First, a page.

“May we entreat the editors of the Occident, and of the Voice of Jacob, to discontinue in future a mode of speaking on this topic, which discredits their own judgment and good feeling far more than it does the objects of their assault.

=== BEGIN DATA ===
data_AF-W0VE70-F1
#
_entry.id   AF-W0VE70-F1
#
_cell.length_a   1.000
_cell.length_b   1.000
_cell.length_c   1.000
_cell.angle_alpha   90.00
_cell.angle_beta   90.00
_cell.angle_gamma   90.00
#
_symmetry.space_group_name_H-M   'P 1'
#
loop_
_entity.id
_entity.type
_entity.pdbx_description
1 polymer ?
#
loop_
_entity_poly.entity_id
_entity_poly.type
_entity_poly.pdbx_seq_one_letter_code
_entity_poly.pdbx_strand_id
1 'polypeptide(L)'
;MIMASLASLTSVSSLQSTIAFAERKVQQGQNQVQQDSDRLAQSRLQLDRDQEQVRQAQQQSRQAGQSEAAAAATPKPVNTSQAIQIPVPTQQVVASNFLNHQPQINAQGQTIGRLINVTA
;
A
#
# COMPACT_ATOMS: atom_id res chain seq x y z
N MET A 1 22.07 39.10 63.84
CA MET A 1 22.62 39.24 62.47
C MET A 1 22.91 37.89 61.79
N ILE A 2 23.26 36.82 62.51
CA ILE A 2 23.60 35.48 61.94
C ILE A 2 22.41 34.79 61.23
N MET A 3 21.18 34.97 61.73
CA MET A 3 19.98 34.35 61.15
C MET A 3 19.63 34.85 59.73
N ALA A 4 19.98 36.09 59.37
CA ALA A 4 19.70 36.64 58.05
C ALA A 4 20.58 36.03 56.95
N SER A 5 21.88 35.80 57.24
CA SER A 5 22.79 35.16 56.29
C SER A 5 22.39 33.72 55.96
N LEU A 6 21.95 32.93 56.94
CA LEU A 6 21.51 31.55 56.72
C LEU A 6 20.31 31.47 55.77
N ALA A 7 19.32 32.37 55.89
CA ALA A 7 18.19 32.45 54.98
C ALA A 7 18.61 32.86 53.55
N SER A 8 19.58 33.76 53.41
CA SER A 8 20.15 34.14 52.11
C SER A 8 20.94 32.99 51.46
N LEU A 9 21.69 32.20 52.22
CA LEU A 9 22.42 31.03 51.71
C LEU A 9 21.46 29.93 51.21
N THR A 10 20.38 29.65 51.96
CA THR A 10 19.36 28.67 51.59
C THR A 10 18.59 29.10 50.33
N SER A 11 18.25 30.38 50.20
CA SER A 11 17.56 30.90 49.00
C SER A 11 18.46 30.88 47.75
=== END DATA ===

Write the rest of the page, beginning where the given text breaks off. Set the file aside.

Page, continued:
“As to the policy of employing Christian Jews as missionaries, that is another matter. But our friend can readily conceive, why we regard his advice respecting it as outweighed by the long experience of Jewish Societies throughout the world.”